Type: ColorNaming

Color Curious

Color Curious
by Vais Salikhov

Ever looked at something and wandered what color it is? Want to know what name best describes the color you see – or the color you cannot see due to color blindness? Whether you are simply curious, or truly unable to perceive differences between certain colors, Color Curious is for you.

Type: ColorNaming


by Svep Design Center AB

ColorHelper is a small utility designed with the colorblind in mind, but its also of use for anyone interested in knowing the RGB color value for a specific spot in an image. Choose an existing photo or take a photo with the built-in camera, and select a spot where you would like to know the color value.

Type: ColorNaming

ColorBlind Suite

ColorBlind Suite
by Threeplicate

This application helps you find colors in real-time (augmented-reality) from your iPhone’s camera or photos in your library. There are two modes:
– Live Mode: Play with images directly coming from your iPhone’s camera
– Static Mode: Use images from your photo library or take a new photo

Type: ColorNaming


by sunset software Ltd Liab. Co

The ColorDetect iPhone app gives you the possibility to detect colors in real time using augmented reality technology. The name and the RGB values of the detected colors are displayed in real time on the user interface. ColorDetect detects the colors with a 5 point detection algorithm to improve the detection quality.

Type: ColorNaming


by Tilenus Consultores, S.L.

aidColors is an application that allows visually impaired to identify the color of things. Also can be a funny game for children. aidColors allows to perform an easy and fast color recognition by means of the iPhone camera.

Type: ColorNaming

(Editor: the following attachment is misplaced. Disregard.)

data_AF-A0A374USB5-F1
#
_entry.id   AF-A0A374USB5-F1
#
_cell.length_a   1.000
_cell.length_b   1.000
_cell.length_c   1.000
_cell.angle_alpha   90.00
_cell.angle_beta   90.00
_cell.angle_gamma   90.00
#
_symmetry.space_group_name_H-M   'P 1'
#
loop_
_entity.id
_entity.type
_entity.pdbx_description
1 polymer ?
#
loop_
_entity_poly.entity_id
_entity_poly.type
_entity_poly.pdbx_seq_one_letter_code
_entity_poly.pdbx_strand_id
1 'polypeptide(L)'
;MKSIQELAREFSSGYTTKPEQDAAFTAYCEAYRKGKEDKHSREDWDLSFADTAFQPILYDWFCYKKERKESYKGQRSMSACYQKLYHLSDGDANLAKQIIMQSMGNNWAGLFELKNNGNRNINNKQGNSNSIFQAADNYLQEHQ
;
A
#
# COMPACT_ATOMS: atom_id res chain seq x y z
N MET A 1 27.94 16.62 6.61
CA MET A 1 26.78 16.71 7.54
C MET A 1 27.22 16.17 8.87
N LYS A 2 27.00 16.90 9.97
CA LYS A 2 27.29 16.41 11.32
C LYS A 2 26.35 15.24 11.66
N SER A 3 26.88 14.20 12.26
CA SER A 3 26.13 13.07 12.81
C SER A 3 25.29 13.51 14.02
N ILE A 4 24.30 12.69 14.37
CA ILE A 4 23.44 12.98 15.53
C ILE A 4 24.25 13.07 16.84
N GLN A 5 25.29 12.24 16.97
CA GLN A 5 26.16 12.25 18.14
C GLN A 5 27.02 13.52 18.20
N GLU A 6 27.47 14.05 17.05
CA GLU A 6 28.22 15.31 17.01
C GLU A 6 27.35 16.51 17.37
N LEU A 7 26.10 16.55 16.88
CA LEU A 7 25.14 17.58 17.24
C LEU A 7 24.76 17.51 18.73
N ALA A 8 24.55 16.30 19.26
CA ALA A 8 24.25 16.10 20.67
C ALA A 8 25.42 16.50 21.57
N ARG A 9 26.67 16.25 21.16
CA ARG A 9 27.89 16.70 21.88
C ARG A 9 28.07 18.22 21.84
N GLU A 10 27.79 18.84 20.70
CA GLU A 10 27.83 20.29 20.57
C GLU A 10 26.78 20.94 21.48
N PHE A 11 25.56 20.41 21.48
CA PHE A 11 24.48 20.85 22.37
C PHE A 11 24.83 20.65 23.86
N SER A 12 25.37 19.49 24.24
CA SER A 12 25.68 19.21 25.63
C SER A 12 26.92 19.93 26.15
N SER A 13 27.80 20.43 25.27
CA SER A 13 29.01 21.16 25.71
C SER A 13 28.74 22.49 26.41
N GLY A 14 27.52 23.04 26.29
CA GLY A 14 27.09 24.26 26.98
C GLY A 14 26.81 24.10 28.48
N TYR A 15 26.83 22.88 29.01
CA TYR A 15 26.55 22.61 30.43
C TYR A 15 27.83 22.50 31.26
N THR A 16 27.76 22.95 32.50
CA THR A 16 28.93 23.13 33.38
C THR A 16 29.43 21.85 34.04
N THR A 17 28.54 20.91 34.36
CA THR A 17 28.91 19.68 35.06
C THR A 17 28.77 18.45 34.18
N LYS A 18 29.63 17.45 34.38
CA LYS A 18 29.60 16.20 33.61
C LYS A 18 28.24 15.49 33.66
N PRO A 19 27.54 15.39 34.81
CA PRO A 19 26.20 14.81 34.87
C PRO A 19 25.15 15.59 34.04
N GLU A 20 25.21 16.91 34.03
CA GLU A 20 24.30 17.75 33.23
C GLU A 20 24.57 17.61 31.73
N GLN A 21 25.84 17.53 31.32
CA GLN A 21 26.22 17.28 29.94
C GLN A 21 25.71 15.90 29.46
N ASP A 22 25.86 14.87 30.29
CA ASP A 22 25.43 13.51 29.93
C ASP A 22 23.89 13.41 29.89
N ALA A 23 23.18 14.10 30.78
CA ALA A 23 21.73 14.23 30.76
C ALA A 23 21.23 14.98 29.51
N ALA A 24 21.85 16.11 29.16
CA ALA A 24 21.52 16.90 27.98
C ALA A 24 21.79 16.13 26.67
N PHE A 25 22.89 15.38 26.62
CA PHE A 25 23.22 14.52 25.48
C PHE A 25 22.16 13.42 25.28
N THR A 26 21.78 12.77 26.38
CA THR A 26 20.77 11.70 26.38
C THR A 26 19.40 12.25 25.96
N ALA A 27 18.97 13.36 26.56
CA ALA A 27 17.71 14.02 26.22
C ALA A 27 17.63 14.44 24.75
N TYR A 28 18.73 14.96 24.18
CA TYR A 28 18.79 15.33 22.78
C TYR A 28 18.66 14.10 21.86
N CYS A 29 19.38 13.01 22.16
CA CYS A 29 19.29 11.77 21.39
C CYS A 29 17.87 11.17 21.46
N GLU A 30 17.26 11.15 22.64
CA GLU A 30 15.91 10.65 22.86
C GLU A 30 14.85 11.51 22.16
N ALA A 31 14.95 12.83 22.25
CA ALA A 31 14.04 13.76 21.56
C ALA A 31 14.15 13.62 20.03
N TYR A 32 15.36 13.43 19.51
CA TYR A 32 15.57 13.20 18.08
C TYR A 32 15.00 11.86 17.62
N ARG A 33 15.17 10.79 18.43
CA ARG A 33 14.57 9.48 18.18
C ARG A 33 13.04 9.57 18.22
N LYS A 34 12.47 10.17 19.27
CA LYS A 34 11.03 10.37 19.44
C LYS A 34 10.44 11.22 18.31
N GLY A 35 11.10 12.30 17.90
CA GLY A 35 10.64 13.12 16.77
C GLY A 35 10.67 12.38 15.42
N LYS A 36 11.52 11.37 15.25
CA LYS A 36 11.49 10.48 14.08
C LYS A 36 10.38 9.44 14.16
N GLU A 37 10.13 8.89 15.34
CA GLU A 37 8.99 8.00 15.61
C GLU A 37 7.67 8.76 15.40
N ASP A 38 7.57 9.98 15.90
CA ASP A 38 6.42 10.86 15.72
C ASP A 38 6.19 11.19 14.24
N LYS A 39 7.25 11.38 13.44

ColorAdd: A Color Coding System

The designer Miguel Neiva developed a color coding system called ColorAdd which shall help colorblind people around the world. Simple and easy with many applications. Let’s have a closer look at it.

basic color codes
ColorAdd Basic Color Shapes

The system is based on three basic color shapes representing the primary colors blue, yellow, red and two forms for black and white. While mixing those basic graphics like you would mix colors themselves this results in a list of 21 basic colors including lighter (mixing in white) and darker (mixing in black) shades.

color palette color codes
21 Basic Color Codes of the ColorAdd System

This is it. Some more shapes for grey, silver and gold, but nothing else. That’s the whole ColorAdd system. At the first glance this is really simple and easy.

The designer claims that you don’t really have to memorize all those shapes as it works like mixing real colors. If you know the basic shapes you’re all set. In a way that’s true. But as I’m not that good on mixing colors—remember I am colorblind—I have to think about it twice if I’m right with my color mixture guess.

  • Simple: Yes. But somewhere you have to explain the system in my language as the symbols can’t easily be associated with the right colors.
  • Intuitively: No. Why don’t you use some sort of symbols which everybody associates with a certain color like fire, water and sun?
  • Nice design: Yes. Yes I like it. Simple shapes, they are nice to look at.
  • Robust usage: No. Hold some of them upside down and you will get the wrong color.